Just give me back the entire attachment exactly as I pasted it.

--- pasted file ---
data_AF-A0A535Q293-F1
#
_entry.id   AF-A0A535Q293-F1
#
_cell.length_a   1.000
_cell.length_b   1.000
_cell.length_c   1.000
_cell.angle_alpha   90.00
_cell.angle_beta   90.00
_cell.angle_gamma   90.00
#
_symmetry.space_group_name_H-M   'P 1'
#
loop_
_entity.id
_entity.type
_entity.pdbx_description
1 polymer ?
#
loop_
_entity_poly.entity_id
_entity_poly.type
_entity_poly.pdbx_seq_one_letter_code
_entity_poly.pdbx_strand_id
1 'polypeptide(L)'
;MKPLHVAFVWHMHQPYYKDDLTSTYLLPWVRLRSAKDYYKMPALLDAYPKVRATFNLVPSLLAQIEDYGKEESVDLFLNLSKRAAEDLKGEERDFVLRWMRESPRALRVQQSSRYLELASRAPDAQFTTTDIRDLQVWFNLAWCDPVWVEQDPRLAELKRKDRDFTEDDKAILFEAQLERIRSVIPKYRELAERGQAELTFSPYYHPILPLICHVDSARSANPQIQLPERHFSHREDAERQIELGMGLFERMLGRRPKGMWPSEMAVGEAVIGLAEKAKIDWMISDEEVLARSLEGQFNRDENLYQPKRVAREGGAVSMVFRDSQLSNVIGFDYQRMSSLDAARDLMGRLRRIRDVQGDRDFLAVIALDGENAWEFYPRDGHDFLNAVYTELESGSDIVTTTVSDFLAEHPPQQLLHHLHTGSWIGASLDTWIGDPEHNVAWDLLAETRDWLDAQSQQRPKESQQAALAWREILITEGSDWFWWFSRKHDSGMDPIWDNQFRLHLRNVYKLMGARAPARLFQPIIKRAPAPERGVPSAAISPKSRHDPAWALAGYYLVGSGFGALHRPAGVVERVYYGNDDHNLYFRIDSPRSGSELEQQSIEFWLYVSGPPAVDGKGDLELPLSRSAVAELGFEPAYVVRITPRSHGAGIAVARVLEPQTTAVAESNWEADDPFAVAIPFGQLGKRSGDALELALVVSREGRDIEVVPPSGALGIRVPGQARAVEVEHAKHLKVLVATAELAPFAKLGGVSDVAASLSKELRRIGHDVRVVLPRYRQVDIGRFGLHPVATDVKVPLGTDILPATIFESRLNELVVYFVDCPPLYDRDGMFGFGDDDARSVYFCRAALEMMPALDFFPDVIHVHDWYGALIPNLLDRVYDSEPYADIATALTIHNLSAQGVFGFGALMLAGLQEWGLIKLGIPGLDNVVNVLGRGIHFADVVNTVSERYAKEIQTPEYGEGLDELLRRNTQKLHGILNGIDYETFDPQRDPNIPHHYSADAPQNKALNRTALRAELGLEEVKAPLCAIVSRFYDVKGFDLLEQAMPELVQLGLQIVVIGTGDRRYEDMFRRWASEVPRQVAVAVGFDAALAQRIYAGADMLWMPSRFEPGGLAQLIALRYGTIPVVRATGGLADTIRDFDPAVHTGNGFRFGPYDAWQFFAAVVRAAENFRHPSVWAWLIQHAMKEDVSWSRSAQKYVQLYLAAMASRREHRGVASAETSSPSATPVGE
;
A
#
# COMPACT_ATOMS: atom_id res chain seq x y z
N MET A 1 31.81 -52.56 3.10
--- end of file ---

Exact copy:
data_AF-A0A535Q293-F1
#
_entry.id   AF-A0A535Q293-F1
#
_cell.length_a   1.000
_cell.length_b   1.000
_cell.length_c   1.000
_cell.angle_alpha   90.00
_cell.angle_beta   90.00
_cell.angle_gamma   90.00
#
_symmetry.space_group_name_H-M   'P 1'
#
loop_
_entity.id
_entity.type
_entity.pdbx_description
1 polymer ?
#
loop_
_entity_poly.entity_id
_entity_poly.type
_entity_poly.pdbx_seq_one_letter_code
_entity_poly.pdbx_strand_id
1 'polypeptide(L)'
;MKPLHVAFVWHMHQPYYKDDLTSTYLLPWVRLRSAKDYYKMPALLDAYPKVRATFNLVPSLLAQIEDYGKEESVDLFLNLSKRAAEDLKGEERDFVLRWMRESPRALRVQQSSRYLELASRAPDAQFTTTDIRDLQVWFNLAWCDPVWVEQDPRLAELKRKDRDFTEDDKAILFEAQLERIRSVIPKYRELAERGQAELTFSPYYHPILPLICHVDSARSANPQIQLPERHFSHREDAERQIELGMGLFERMLGRRPKGMWPSEMAVGEAVIGLAEKAKIDWMISDEEVLARSLEGQFNRDENLYQPKRVAREGGAVSMVFRDSQLSNVIGFDYQRMSSLDAARDLMGRLRRIRDVQGDRDFLAVIALDGENAWEFYPRDGHDFLNAVYTELESGSDIVTTTVSDFLAEHPPQQLLHHLHTGSWIGASLDTWIGDPEHNVAWDLLAETRDWLDAQSQQRPKESQQAALAWREILITEGSDWFWWFSRKHDSGMDPIWDNQFRLHLRNVYKLMGARAPARLFQPIIKRAPAPERGVPSAAISPKSRHDPAWALAGYYLVGSGFGALHRPAGVVERVYYGNDDHNLYFRIDSPRSGSELEQQSIEFWLYVSGPPAVDGKGDLELPLSRSAVAELGFEPAYVVRITPRSHGAGIAVARVLEPQTTAVAESNWEADDPFAVAIPFGQLGKRSGDALELALVVSREGRDIEVVPPSGALGIRVPGQARAVEVEHAKHLKVLVATAELAPFAKLGGVSDVAASLSKELRRIGHDVRVVLPRYRQVDIGRFGLHPVATDVKVPLGTDILPATIFESRLNELVVYFVDCPPLYDRDGMFGFGDDDARSVYFCRAALEMMPALDFFPDVIHVHDWYGALIPNLLDRVYDSEPYADIATALTIHNLSAQGVFGFGALMLAGLQEWGLIKLGIPGLDNVVNVLGRGIHFADVVNTVSERYAKEIQTPEYGEGLDELLRRNTQKLHGILNGIDYETFDPQRDPNIPHHYSADAPQNKALNRTALRAELGLEEVKAPLCAIVSRFYDVKGFDLLEQAMPELVQLGLQIVVIGTGDRRYEDMFRRWASEVPRQVAVAVGFDAALAQRIYAGADMLWMPSRFEPGGLAQLIALRYGTIPVVRATGGLADTIRDFDPAVHTGNGFRFGPYDAWQFFAAVVRAAENFRHPSVWAWLIQHAMKEDVSWSRSAQKYVQLYLAAMASRREHRGVASAETSSPSATPVGE
;
A
#
# COMPACT_ATOMS: atom_id res chain seq x y z
N MET A 1 31.81 -52.56 3.10